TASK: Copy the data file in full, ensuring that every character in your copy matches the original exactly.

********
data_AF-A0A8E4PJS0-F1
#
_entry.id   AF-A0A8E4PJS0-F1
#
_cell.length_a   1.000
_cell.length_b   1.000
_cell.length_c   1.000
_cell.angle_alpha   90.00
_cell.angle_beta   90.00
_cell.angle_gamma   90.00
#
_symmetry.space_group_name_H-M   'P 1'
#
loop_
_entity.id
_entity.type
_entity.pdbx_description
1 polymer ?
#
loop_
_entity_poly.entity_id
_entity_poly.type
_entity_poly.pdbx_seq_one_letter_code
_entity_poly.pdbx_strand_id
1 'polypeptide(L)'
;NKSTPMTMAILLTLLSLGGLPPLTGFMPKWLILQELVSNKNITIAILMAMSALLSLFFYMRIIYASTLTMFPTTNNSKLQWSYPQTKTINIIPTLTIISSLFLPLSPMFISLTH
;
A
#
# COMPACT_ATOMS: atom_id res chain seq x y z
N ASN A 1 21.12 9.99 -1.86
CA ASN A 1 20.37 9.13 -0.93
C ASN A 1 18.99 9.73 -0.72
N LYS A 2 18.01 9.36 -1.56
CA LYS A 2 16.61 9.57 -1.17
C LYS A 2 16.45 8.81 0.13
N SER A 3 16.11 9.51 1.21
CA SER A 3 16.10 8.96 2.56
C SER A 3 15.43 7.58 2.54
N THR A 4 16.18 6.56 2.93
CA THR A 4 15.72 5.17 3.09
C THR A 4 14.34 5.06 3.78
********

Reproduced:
data_AF-A0A8E4PJS0-F1
#
_entry.id   AF-A0A8E4PJS0-F1
#
_cell.length_a   1.000
_cell.length_b   1.000
_cell.length_c   1.000
_cell.angle_alpha   90.00
_cell.angle_beta   90.00
_cell.angle_gamma   90.00
#
_symmetry.space_group_name_H-M   'P 1'
#
loop_
_entity.id
_entity.type
_entity.pdbx_description
1 polymer ?
#
loop_
_entity_poly.entity_id
_entity_poly.type
_entity_poly.pdbx_seq_one_letter_code
_entity_poly.pdbx_strand_id
1 'polypeptide(L)'
;NKSTPMTMAILLTLLSLGGLPPLTGFMPKWLILQELVSNKNITIAILMAMSALLSLFFYMRIIYASTLTMFPTTNNSKLQWSYPQTKTINIIPTLTIISSLFLPLSPMFISLTH
;
A
#
# COMPACT_ATOMS: atom_id res chain seq x y z
N ASN A 1 21.12 9.99 -1.86
CA ASN A 1 20.37 9.13 -0.93
C ASN A 1 18.99 9.73 -0.72
N LYS A 2 18.01 9.36 -1.56
CA LYS A 2 16.61 9.57 -1.17
C LYS A 2 16.45 8.81 0.13
N SER A 3 16.11 9.51 1.21
CA SER A 3 16.10 8.96 2.56
C SER A 3 15.43 7.58 2.54
N THR A 4 16.18 6.56 2.93
CA THR A 4 15.72 5.17 3.09
C THR A 4 14.34 5.06 3.78